EXACTLY WHAT I MEANT – A few days I wrote a long post reflecting on boycotts, which I increasingly see as an exercise in free speech designed to punish others for exercising theirs and preventing them from exercising it in the future. And this morning, via Tim Blair, a case exactly on point from New Hampshire:
An antique shop owner who claims she was vilified on social media and lost her business after displaying an early 20th-century flour sack with a swastika logo has filed a lawsuit against a former customer.Nicole Guida’s suit states that Katherine Ferrier’s alleged acts were “… wanton, malicious and oppressive, and she was motivated by ill will, hatred, hostility or evil motive.”…
The lawsuit says Guida told Ferrier that the swastika was an ancient symbol of good luck, with no connection to its later use by the Nazis.Ferrier later posted a comment on her Facebook page that, among other things, encouraged people not to shop at Chic & Unique.The posting resulted in Ferrier and Guida each receiving numerous responses, including threats.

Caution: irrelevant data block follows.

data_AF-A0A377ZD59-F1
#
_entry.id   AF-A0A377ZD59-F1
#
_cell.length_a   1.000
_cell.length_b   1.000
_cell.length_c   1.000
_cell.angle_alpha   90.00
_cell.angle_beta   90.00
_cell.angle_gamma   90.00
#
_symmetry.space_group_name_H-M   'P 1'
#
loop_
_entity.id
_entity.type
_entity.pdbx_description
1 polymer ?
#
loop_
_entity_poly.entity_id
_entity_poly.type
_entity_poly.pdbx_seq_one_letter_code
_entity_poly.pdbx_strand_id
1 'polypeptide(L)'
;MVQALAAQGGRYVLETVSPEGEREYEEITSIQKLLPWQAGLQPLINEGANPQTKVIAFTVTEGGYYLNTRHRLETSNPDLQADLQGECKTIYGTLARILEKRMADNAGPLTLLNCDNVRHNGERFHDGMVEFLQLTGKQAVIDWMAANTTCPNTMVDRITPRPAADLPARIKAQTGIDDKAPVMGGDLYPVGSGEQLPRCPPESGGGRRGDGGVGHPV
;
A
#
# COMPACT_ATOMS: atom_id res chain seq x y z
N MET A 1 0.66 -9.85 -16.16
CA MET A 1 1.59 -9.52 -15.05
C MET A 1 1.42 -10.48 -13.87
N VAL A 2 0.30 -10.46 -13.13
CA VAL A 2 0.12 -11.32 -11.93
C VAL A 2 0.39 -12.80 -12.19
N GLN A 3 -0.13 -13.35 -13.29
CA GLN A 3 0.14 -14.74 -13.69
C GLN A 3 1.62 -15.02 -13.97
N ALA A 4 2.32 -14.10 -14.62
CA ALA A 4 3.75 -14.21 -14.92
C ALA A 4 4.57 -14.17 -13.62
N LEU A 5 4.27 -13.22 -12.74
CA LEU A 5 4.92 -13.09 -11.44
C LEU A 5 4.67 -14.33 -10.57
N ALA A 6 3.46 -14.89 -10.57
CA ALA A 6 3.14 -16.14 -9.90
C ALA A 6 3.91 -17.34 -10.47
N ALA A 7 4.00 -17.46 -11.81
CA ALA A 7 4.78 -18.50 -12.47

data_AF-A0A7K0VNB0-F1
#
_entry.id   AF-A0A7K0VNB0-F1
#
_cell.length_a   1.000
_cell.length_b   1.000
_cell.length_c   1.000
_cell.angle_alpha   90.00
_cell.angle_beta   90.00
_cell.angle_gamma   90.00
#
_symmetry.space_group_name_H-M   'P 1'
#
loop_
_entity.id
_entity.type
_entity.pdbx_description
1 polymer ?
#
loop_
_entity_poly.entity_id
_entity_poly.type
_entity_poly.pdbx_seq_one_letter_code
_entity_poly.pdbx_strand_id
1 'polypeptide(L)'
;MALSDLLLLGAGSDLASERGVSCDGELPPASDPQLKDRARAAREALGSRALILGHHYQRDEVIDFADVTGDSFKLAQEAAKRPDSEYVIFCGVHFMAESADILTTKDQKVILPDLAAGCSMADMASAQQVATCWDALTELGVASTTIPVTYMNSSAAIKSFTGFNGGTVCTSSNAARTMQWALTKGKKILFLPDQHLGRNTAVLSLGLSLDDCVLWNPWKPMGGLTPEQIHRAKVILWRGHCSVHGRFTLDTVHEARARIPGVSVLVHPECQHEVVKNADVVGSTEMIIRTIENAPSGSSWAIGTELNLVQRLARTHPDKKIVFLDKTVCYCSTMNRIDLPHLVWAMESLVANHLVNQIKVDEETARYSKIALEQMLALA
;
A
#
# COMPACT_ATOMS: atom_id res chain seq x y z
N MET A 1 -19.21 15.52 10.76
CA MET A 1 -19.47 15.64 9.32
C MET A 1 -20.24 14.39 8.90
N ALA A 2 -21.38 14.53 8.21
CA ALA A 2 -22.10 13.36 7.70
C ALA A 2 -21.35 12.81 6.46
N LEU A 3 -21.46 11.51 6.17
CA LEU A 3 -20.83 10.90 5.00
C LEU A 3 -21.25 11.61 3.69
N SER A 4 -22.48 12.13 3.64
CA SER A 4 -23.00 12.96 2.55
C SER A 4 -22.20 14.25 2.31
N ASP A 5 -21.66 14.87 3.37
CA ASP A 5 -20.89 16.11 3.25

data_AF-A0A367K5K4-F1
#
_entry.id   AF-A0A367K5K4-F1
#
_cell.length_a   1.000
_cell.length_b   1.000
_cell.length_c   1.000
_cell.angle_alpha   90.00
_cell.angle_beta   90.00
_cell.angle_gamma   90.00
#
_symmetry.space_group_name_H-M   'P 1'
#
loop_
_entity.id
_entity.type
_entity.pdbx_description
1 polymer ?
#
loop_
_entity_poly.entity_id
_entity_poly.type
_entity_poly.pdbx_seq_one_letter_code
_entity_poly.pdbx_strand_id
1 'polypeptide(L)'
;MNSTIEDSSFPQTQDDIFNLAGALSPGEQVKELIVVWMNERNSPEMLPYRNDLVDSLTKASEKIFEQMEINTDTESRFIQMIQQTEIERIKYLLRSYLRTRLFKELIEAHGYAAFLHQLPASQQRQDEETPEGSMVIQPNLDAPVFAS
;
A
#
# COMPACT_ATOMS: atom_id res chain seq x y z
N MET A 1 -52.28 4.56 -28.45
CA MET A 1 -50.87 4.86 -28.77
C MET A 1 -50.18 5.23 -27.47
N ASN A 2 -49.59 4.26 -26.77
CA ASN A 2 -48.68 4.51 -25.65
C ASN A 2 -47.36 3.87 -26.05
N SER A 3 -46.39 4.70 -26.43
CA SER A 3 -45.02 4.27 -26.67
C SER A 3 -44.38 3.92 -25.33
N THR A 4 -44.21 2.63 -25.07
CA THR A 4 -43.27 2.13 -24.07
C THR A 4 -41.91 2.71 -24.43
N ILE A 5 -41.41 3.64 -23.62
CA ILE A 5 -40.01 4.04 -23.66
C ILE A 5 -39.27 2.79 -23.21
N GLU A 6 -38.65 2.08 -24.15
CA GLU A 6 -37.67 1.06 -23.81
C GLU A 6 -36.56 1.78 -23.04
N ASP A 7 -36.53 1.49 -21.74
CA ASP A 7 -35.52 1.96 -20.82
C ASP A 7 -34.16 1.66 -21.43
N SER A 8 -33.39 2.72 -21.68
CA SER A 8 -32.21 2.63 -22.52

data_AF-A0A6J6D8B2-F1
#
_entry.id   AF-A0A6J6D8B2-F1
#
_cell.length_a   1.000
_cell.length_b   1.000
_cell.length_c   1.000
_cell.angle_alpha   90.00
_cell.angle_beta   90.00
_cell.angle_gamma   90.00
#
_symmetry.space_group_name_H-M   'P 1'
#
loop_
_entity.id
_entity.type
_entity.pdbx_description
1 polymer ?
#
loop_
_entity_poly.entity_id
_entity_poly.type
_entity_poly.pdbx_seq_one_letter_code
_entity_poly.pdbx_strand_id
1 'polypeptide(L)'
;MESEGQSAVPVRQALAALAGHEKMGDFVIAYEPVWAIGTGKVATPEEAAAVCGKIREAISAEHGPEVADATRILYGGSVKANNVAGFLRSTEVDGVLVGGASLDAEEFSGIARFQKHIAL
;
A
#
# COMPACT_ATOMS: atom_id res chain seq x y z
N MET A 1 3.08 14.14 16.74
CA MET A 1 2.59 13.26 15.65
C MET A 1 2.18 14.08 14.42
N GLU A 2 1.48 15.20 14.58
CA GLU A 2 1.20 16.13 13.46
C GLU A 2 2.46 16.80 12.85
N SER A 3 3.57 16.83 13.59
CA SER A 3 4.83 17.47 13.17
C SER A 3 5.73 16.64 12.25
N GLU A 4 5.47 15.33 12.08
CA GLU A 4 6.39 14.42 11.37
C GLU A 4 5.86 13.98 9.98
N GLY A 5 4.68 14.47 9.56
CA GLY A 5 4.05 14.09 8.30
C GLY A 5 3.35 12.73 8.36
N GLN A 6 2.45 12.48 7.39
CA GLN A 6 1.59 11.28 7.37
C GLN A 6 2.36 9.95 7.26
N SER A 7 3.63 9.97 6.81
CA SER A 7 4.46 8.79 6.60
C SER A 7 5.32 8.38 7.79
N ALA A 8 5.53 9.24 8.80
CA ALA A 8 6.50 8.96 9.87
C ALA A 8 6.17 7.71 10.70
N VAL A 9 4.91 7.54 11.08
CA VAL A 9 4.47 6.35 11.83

With business down by half, Guida has had to close her business earlier this month.
Notice again that the shop owner was not even a real Nazi displaying a Nazi swastika. She is a victim of a busybody who doesn’t know her history (but who does these days?) and didn’t realise that for millennia swastika was a powerful (religious) symbol before being appropriated by the national socialist cause. Just wait until Ferrier ever goes on holiday to some more Buddhist parts of Asia – boycotts all around.
Seriously though; this is precisely why I am uncomfortable with a concept of a boycott. By all means, let’s keep it legal – it is itself an exercise in free speech, after all – but let’s not kid ourselves about its true nature: it’s a form of community-based censorship designed to stifle free speech.